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Breed Show folks-how do you go low & slow?

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  • Breed Show folks-how do you go low & slow?

    I made the jump into showing at breed (APHA) shows with my two Hunters & I'd love to add HUS to our list of classes so I'm wondering if anyone can help me out. My gelding will go slow with lots of counter work, lateral work, & uphill work but he looses quiet a but of his really soft relaxed into the bridle round (ness). My mare is naturally low round & driving but she's got a big moving canter. Both do very well over fences, so does anyone have any tips for getting that slack rein soft & easy canter?

    *If I could afford it they'd both go to my idol Beth Case....
    Last edited by HobbyHorse101; Feb. 17, 2012, 09:14 PM. Reason: Curse auto correct & smart phones! slow is supposed to be in the title..sorry.

  • #2

    Slow your own rhythm and the horse will almost always slow its tempo to match. Getting them supple and lifted in the back makes them want to reach forward and down if they start out working correctly - thus the stretchy circles in lower level dressage tests.

    I used to show a QH, and my secret to getting his head down was performing shoulder fore when he wanted to lift his head. It was his remind to lift his back and keep his hind end under him, and that automatically put his head back where I wanted, no reins needed.
    If Kim Kardashian wants to set up a gofundme to purchase the Wu Tang album from Martin Shkreli, guess what people you DON'T HAVE TO DONATE.


    • #3
      It is the lifting of the back/shoulders. Some western folk did this through their horses trying to get their belly out of the way of the 'spur stop' , or crabbing along with haunches in, but you can also do it by holding your hands way up in a gag action and squeezing with legs until they follow your hands up with their front end, and you feel the withers come up underneath you as they engage behind, then letting them lower their heads when they tuck their nose and want to lower. (I visualize sucking my horse's withers up into my lap). Others do this by constantly checking forward motion while legging them up, but I prefer not to constantly pull on their face. Most people that do the fence classes forego the HUS, and consider the Hunter Hack their flat class. You need an exceptional horse to ribbon in the HUS and in the fence classes, as that would call for an amazing level of adjustability in frame and brain. Your fence horse needs the instant lengthening response to heel pressure, and the rail-only HUS horses do not. I did it with one horse by changing bit/bridle, but he was pretty smart and it was a more than a decade ago when competition was easier.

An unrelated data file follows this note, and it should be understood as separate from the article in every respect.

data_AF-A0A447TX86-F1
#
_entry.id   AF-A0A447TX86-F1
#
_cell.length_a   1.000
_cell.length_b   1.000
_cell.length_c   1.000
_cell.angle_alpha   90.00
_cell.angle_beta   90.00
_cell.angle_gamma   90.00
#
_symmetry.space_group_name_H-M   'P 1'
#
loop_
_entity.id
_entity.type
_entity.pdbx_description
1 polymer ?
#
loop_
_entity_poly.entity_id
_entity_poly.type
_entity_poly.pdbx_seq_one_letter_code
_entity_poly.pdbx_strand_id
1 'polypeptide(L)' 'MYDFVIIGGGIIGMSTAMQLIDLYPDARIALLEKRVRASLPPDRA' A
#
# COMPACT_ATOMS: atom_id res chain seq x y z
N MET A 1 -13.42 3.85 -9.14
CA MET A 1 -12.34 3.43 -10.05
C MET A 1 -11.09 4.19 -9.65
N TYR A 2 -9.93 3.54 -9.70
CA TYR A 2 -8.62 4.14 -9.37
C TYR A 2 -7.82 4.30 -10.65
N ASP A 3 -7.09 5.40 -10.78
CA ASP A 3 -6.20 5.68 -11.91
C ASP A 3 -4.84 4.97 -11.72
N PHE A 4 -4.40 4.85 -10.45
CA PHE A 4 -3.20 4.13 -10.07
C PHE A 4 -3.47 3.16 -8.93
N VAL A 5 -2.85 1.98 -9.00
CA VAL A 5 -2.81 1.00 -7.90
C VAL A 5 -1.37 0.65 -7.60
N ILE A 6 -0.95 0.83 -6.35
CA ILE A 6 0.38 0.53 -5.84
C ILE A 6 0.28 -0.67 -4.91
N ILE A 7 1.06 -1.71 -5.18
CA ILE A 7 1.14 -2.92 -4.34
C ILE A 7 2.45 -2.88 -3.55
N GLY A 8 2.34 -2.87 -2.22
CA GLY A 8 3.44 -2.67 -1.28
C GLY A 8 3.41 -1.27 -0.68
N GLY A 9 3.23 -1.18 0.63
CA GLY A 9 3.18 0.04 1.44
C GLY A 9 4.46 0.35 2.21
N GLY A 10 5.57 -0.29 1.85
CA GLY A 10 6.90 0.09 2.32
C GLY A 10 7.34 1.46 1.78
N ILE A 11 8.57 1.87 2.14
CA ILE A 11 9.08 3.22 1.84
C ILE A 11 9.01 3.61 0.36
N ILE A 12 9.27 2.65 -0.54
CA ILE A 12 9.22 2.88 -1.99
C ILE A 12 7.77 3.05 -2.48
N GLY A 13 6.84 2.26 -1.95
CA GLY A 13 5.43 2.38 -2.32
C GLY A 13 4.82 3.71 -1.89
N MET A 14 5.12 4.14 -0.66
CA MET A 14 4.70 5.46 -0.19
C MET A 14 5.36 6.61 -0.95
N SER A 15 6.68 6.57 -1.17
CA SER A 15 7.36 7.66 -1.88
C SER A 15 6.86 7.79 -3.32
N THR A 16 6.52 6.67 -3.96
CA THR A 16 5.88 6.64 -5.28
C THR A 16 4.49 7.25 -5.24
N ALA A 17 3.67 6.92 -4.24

Comprehensive Equestrian Site Planning and Facility Design


      • #4
        FYI: If you "edit" and then "go advanced" you can change your title


        • Original Poster

          Thank you! I'm on my silly overcomplicated smart phone.
          We tend to have a Dressage base coming from a pony club background both already do the hack well I am just hoping to get them into more of a true all around hunter. My mare gets looks in her hunter frame so I'm hoping if we can slow her down & get her a tad lower we'll start placing in the HUS.